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PAST TIMES

David Isham, second from left, with his mother and other members of his family OBSERVER COURTESY PHOTO

By Ginger Isham

Special to the Observer

I enjoyed my grade school years. 

We began each day with the Pledge of Allegiance to the flag and sang a patriotic song such as “America.” 

I was a good student and teachers gave me positive comments. I remember the first time I learned to write. We all had to have a lined piece of paper at an angle on our desk. Then, with a pencil, we made Os by circling the pencil in place 10 times and then moved it over and did the same thing until we had a row that looked like puffs of smoke. 

In eighth grade there were only three of us. We older students sometimes helped the young ones with reading, math, etc. We had an hour for lunch and recess from 12-1 p.m. When we came in from recess at 1 p.m., we had to put our heads on our desk and the teacher would read us a book — one chapter each day — so we could rest. 

We had to bring our lunch to school every day except during the winter months. Nearby families took turns bringing in hot lunches. We got our drinking water from a nearby farm. I remember in seventh grade at one of my schools the class was divided in half, into two teams. Each morning the teacher would check to see if we had combed our hair, had clean hands, face, clean clothes, etc. Each team was given a star on a chart until the time ended and then she told us which team was the winner.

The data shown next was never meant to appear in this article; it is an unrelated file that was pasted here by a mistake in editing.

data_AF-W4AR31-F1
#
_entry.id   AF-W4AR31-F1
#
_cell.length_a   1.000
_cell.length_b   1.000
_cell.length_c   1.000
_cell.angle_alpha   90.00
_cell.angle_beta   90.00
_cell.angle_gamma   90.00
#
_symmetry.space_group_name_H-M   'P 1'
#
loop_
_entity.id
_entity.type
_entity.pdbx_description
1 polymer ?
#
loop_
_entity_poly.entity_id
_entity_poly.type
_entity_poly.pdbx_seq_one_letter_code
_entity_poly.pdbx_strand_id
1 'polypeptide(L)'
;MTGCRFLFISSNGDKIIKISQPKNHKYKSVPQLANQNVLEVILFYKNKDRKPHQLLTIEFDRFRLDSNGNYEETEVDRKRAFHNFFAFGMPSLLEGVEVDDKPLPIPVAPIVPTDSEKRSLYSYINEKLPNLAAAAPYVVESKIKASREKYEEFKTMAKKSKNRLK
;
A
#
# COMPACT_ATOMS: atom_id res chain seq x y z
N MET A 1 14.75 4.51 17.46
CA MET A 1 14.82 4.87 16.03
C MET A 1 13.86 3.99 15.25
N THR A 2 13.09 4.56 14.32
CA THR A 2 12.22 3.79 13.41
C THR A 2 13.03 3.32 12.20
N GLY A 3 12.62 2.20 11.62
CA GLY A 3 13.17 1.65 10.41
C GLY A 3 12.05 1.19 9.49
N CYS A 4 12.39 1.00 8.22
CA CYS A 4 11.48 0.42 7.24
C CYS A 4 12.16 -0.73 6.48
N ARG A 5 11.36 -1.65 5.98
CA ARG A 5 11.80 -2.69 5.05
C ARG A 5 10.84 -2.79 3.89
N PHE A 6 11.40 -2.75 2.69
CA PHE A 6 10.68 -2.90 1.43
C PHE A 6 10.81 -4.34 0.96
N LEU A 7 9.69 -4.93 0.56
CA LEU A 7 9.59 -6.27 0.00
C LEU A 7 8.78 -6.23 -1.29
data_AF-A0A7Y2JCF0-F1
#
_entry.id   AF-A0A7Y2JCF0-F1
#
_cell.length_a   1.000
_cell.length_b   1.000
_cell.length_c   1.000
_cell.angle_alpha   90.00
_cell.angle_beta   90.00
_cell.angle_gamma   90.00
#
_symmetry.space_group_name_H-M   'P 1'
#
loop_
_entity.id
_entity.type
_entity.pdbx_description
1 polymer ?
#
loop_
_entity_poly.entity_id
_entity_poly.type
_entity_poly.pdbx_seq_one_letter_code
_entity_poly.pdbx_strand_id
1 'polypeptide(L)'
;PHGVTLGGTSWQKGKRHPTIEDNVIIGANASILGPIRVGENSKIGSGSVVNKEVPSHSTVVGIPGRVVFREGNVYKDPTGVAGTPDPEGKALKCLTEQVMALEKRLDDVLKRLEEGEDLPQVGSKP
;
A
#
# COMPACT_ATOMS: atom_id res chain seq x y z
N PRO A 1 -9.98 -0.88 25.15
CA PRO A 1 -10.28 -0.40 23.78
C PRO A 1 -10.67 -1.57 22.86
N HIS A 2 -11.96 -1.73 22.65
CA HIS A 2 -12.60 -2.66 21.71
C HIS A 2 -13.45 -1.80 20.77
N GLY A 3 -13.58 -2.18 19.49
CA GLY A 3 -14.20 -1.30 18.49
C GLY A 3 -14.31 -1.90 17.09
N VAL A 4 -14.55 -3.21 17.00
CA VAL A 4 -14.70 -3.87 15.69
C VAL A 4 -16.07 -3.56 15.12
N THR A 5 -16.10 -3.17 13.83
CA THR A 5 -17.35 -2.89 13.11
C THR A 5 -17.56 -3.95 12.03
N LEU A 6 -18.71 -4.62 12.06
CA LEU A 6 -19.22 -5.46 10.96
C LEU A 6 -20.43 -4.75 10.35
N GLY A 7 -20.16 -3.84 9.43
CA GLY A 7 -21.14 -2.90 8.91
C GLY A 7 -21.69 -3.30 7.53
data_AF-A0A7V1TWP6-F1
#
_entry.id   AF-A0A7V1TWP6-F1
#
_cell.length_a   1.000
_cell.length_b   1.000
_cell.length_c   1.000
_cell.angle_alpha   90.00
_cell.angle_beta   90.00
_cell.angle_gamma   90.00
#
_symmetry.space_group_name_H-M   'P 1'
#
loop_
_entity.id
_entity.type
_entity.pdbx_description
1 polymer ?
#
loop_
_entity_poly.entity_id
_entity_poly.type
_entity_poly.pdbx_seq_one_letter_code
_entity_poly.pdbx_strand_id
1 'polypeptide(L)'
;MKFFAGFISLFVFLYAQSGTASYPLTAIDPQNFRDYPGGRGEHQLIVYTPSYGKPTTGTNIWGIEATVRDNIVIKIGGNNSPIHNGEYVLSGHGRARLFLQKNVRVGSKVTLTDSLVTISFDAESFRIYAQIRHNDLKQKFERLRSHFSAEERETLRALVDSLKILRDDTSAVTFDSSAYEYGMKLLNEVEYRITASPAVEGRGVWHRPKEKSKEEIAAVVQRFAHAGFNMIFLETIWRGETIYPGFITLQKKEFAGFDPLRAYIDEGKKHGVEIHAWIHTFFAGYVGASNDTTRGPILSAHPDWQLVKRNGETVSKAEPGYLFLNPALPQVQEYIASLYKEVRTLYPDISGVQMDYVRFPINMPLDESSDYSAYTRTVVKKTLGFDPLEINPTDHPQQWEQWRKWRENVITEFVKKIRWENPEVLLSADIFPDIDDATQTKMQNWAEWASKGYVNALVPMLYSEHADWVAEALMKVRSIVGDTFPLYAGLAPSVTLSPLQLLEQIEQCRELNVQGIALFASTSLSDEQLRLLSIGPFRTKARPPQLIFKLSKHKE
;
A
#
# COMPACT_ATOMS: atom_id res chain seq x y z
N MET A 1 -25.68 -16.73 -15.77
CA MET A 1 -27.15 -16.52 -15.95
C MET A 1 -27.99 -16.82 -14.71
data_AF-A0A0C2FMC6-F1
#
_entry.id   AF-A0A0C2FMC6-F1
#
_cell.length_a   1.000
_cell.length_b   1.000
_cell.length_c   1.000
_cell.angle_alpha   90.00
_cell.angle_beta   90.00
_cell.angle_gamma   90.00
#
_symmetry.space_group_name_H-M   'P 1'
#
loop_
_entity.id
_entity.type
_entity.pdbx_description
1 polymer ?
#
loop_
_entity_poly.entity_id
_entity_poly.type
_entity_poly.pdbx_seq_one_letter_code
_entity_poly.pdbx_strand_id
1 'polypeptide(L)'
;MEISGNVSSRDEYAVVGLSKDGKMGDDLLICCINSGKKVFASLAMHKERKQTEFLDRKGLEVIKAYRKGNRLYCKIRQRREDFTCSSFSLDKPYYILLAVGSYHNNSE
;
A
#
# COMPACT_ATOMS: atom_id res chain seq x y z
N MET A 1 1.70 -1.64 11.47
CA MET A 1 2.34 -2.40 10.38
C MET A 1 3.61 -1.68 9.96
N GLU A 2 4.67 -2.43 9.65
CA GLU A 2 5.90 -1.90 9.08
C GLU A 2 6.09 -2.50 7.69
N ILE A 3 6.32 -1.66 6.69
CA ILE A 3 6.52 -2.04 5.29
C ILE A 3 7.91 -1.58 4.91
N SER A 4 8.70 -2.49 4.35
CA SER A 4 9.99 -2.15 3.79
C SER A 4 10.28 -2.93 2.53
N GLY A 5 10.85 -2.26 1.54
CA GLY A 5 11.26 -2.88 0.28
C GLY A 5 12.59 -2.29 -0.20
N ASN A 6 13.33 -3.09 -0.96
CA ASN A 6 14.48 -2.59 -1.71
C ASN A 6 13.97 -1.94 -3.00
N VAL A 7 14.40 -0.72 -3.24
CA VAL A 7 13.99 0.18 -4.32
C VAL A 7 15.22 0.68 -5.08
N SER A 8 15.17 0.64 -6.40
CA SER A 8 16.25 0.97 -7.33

When a freshman entered Bristol High School, the senior class that year would have a plan of what the freshman would wear the first day of school. My freshman year I had to have my hair parted four ways with a rubber band, wear one hip fisherman’s boot and wear an alarm clock around my neck. 

We would carry the seniors’ books if they asked us to for the day. Also, when in high school, I had to wait an hour after school ended for my ride home with the neighbor who brought me to school. I would hang out with a friend or go to the library. 

I also waitressed at SNAPS restaurant during lunch hour some of those days. In high school my worst subjects were geometry and algebra. I enjoyed English and home economics, learning how to cook and sew. 

I sang in the Glee Club for all four years and was on patrol, helping students cross the streets to and from school and during lunch time. 

In our senior year, a girl and boy were chosen as best actors, best looking, cutest, most athletic, friendliest, most polite, etc. I was the girl selected as hardest worker. There were many advantages to going to a smaller school. There were 29 classmates in my graduation class.

David Isham, right, and his older brother, Roderick, making ice cream.
OBSERVER COURTESY PHOTO

David was janitor for the Lake Iroquois School and started the fire in the morning, brought in wood and cleaned erasers. He and five brothers and sisters attended this school at the same time. He remembers one day at recess time, he jumped out the open school window to get to a swing before they were all taken. The teacher went out and brought him back into the classroom and showed him where the schoolhouse door was located! This was the same teacher who became his sister-in-law a few years later when she married his oldest brother. 

Even though his poorest subject was English, he wrote a wonderful essay on forestry and got a certificate for it. He did well in math. 

When David graduated from high school, there were over 100 students in his class. He was never able to participate in sports, music, etc. because of work on the farm. 

Today I have all my report cards and we have a few of David’s.

Past Times is a biweekly trip down memory lane with members of the Williston Historical Society.

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